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The Mother Of All Android Malware Has Arrived

Posted on March 2nd, 2011 at 21:15 by John Sinteur in category: Google -- Write a comment

[Quote]:

Openness – the very characteristic of Android that makes us love it – is a double-edged sword. Redditor lompolo has stumbled upon a perfect example of that fact; he’s noticed that a publisher has taken "… 21 popular free apps from the market, injected root exploits into them and republished."

[Quote]:

First, we’re absolutely amazed at how quickly Google reacted. As mentioned last night, our own Justin Case pinged a contact and the apps were pulled from the market within minutes. That’s quite impressive, but then again, one of the developers whose app had been copied had been trying to get Goog on the job for just over a week. On the one hand, Google was quick to react to our hacker. On the other, they were slow to react to a developer, who should really be made the priority of the two. Either way, they pulled the app in question, and this is definitely one of those times that it’s better late than never.

It looks like Android is becoming the Windows of mobile operating systems…

  1. Yeah, and you know iOS is safe when you have a world conference to debate its vulnerabilities…
    http://www.funkyspacemonkey.com/iphone-apps-malware-focus-years-black-hat-conference

  2. “It looks like Android is becoming the Windows of mobile operating systems…”
    That’s blasphemy. Android is linux based, and everyone knows that linux systems are superior to everything, and are not vulnerable at all.
    Or you mean: iOS has lost its hold on the mobile market, and will shrink to the same % as the Mac OS in the PC world?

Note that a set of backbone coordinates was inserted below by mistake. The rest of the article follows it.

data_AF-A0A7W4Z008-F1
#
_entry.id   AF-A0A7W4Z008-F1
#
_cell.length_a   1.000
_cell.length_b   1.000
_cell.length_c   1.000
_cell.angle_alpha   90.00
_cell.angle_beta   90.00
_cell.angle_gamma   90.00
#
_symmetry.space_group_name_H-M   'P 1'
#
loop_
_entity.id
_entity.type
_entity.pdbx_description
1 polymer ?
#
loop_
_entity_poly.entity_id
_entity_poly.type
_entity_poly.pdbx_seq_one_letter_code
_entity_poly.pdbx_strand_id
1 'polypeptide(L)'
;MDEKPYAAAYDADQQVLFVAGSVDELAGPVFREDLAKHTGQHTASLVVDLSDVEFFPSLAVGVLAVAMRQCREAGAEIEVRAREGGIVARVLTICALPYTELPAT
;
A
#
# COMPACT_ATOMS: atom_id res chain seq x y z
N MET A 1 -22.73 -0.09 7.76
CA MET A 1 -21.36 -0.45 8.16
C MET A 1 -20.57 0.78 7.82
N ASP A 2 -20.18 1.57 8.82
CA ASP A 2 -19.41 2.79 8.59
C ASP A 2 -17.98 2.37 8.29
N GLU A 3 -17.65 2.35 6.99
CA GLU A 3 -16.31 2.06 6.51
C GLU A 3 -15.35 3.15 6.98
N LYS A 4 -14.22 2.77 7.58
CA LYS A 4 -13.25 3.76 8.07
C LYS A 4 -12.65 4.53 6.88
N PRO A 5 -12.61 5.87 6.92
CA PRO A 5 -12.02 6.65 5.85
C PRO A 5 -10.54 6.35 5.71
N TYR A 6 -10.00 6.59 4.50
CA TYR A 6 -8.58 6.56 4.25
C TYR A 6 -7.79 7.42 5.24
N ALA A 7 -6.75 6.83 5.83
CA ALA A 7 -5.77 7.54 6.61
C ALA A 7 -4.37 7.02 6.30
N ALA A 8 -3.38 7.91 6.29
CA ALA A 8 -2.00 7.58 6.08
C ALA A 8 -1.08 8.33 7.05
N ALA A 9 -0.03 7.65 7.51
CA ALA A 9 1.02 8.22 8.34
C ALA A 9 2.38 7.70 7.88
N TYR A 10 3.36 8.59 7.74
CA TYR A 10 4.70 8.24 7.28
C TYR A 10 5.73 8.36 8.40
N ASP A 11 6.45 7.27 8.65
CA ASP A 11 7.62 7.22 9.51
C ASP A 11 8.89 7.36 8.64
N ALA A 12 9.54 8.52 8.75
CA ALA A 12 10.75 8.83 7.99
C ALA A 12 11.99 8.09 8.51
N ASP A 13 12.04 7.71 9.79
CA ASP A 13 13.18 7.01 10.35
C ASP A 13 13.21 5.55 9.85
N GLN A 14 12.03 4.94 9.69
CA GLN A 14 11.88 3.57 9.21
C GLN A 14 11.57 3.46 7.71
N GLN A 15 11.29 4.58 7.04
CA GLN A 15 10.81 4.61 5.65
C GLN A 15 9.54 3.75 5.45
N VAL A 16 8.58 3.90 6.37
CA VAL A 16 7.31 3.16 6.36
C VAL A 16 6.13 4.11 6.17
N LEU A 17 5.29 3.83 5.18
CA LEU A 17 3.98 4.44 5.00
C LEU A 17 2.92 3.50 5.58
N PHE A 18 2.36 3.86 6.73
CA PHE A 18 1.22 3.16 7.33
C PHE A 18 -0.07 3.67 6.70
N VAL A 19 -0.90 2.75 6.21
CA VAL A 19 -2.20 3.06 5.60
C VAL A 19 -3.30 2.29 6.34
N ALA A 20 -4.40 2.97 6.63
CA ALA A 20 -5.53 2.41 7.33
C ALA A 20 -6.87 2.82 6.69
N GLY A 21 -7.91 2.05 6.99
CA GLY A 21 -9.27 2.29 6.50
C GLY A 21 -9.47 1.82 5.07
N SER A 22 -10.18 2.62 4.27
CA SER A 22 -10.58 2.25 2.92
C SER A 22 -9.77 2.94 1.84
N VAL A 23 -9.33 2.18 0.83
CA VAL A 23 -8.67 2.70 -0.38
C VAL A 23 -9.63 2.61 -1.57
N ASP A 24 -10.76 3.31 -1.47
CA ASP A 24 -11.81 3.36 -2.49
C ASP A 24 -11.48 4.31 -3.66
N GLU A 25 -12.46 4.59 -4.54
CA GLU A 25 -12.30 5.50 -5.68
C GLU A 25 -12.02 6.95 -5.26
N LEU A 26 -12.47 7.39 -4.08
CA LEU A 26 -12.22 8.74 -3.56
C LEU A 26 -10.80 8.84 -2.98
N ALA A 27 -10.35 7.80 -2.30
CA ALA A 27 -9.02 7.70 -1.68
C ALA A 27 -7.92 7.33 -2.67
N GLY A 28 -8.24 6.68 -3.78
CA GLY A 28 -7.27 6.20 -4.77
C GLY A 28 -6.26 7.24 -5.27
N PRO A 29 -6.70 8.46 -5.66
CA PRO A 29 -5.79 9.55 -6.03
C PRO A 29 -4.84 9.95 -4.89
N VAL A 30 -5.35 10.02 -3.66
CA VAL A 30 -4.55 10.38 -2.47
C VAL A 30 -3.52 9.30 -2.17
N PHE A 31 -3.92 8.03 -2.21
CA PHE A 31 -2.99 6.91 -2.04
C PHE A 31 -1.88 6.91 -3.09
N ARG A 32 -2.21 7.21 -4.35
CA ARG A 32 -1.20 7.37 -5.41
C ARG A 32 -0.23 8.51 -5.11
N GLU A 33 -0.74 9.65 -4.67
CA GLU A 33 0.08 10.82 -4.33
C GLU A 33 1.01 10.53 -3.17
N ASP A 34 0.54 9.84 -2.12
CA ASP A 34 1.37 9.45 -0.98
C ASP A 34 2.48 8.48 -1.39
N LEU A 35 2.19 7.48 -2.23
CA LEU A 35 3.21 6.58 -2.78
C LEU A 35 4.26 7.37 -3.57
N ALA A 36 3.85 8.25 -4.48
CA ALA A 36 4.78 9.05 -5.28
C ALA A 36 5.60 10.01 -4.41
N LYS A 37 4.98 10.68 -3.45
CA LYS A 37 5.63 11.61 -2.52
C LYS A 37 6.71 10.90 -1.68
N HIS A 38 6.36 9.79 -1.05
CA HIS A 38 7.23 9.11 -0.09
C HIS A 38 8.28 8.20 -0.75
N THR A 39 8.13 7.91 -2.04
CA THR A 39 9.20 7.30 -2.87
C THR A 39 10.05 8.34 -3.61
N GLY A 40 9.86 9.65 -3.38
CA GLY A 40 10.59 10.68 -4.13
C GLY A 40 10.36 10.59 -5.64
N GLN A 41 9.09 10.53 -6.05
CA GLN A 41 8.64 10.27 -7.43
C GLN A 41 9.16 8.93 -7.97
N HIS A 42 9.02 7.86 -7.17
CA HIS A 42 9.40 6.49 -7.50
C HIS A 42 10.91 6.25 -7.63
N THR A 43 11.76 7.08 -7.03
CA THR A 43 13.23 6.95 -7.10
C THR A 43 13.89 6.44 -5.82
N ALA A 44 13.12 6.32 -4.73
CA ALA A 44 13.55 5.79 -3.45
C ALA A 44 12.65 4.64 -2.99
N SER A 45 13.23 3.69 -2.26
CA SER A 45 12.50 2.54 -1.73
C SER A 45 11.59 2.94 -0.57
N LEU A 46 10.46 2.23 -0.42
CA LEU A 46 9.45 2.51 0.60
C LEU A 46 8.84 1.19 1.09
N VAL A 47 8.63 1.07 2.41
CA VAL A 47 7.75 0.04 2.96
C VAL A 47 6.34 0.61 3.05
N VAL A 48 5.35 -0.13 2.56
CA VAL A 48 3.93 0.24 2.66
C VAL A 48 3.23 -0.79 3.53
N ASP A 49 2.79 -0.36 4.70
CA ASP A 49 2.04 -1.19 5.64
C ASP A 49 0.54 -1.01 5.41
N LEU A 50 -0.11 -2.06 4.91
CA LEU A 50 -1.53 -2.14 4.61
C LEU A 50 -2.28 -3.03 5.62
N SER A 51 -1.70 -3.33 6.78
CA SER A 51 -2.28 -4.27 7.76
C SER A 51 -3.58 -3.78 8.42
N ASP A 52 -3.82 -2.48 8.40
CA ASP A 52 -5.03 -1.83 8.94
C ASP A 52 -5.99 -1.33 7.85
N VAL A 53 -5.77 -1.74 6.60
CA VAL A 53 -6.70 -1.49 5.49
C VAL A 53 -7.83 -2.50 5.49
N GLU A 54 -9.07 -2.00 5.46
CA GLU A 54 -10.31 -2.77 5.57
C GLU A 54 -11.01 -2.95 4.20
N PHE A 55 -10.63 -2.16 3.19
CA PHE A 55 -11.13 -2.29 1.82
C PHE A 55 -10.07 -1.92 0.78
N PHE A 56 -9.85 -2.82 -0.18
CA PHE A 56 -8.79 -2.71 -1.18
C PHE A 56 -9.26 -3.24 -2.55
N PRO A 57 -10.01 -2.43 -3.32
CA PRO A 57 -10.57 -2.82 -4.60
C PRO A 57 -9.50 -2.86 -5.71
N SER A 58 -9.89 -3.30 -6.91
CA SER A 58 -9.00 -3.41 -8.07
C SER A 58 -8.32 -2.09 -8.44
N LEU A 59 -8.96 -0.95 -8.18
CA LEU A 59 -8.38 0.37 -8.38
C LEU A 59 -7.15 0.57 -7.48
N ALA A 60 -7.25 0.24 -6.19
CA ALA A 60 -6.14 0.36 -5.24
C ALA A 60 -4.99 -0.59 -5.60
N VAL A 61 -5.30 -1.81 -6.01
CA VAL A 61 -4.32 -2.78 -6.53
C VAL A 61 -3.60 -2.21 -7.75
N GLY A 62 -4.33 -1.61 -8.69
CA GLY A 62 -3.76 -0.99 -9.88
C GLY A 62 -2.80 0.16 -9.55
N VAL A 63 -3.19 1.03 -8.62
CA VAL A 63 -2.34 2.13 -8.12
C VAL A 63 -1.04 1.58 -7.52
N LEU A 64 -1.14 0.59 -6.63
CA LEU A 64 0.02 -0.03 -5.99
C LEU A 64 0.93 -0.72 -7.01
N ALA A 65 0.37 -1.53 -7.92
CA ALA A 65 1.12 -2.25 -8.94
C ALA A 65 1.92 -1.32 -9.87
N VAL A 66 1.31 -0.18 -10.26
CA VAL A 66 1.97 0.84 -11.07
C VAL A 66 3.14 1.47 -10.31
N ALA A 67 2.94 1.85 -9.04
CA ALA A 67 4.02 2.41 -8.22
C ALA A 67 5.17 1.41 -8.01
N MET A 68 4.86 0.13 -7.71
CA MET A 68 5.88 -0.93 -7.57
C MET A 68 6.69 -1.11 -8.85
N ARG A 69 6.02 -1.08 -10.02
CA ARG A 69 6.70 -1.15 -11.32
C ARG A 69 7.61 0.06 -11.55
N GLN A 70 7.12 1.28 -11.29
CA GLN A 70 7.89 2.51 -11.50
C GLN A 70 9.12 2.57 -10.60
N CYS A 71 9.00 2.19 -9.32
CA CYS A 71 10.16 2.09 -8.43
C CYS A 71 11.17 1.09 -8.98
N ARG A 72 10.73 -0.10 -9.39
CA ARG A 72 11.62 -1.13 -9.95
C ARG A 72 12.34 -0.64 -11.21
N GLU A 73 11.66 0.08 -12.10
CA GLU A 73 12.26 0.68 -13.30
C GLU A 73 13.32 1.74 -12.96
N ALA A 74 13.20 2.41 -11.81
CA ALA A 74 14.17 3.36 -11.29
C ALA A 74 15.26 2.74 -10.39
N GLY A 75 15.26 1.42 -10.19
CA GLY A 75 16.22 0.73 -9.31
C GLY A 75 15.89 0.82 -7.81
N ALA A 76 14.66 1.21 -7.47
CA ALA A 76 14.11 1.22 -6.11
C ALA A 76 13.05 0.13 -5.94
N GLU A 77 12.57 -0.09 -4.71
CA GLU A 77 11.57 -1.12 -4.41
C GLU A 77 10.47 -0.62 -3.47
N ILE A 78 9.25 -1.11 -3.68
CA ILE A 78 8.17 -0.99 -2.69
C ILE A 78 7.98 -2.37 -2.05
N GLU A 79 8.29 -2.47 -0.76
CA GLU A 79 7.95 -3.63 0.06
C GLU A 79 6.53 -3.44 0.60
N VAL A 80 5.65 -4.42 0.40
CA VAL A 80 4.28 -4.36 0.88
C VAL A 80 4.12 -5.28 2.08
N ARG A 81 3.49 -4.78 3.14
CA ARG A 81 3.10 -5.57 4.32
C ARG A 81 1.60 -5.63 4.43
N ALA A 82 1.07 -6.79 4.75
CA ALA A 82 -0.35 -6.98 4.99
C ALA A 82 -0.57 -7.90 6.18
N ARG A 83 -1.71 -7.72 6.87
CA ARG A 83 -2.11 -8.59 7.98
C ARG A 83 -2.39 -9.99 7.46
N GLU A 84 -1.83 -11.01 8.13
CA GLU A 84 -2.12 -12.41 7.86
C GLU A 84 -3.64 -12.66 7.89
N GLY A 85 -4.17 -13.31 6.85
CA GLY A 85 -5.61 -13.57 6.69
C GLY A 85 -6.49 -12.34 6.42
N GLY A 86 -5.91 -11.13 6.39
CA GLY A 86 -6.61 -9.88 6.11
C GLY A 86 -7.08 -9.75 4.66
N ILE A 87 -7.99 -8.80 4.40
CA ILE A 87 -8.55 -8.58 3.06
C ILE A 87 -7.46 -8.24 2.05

I would say that you really can’t tell yet.

  3. A very fanboyish remark, and it doesn’t really make sense either. I doubt you’re trying to say that Android is working towards a 92% marketshare, as Roland (with some sarcasm no doubt) suggests.
    I’d say it shows the struggle between the ‘closed’ approach, giving more control and providing a higher level of security, but the downside of which is a strangle hold on both suppliers and customers, or the ‘open’ approach, which developpers will embrace and be a basis for a more creative and interactive community from which customers may profit, but the downside is it also allows those who want to do harm more opportunity to do so.

  4. Jim, that’s exactly why I said what I said – the arguments are remarkably similar to those 2 decades ago.

  5. After two days of Android development, I can safely say that Eclipse sucks.

    And editing a user interface by editing xml files? Really? Somebody at Google should take a look at Interface Builder…

  6. Weren’t you waiting until Android had 600% more growth before doing development? :-)

    And yes, Eclipse, ugh. I find NetBeans less painful to use, if that works for Android development.

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